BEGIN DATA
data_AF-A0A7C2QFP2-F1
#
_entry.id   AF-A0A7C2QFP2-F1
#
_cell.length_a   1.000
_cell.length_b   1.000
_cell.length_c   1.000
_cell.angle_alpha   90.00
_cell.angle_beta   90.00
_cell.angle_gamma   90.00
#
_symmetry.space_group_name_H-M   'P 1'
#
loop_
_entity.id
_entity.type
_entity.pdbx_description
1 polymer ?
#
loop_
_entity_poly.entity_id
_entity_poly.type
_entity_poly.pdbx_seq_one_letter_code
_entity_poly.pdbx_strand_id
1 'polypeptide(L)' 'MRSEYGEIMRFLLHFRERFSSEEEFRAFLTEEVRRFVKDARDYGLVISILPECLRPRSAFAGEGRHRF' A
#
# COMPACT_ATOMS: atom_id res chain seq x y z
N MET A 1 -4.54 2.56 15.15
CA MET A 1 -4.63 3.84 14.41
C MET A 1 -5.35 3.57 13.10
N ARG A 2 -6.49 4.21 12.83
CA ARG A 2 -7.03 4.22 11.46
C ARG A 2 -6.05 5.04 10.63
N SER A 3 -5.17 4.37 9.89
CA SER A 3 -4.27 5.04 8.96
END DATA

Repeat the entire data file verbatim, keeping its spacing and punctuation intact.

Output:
data_AF-A0A7C2QFP2-F1
#
_entry.id   AF-A0A7C2QFP2-F1
#
_cell.length_a   1.000
_cell.length_b   1.000
_cell.length_c   1.000
_cell.angle_alpha   90.00
_cell.angle_beta   90.00
_cell.angle_gamma   90.00
#
_symmetry.space_group_name_H-M   'P 1'
#
loop_
_entity.id
_entity.type
_entity.pdbx_description
1 polymer ?
#
loop_
_entity_poly.entity_id
_entity_poly.type
_entity_poly.pdbx_seq_one_letter_code
_entity_poly.pdbx_strand_id
1 'polypeptide(L)' 'MRSEYGEIMRFLLHFRERFSSEEEFRAFLTEEVRRFVKDARDYGLVISILPECLRPRSAFAGEGRHRF' A
#
# COMPACT_ATOMS: atom_id res chain seq x y z
N MET A 1 -4.54 2.56 15.15
CA MET A 1 -4.63 3.84 14.41
C MET A 1 -5.35 3.57 13.10
N ARG A 2 -6.49 4.21 12.83
CA ARG A 2 -7.03 4.22 11.46
C ARG A 2 -6.05 5.04 10.63
N SER A 3 -5.17 4.37 9.89
CA SER A 3 -4.27 5.04 8.96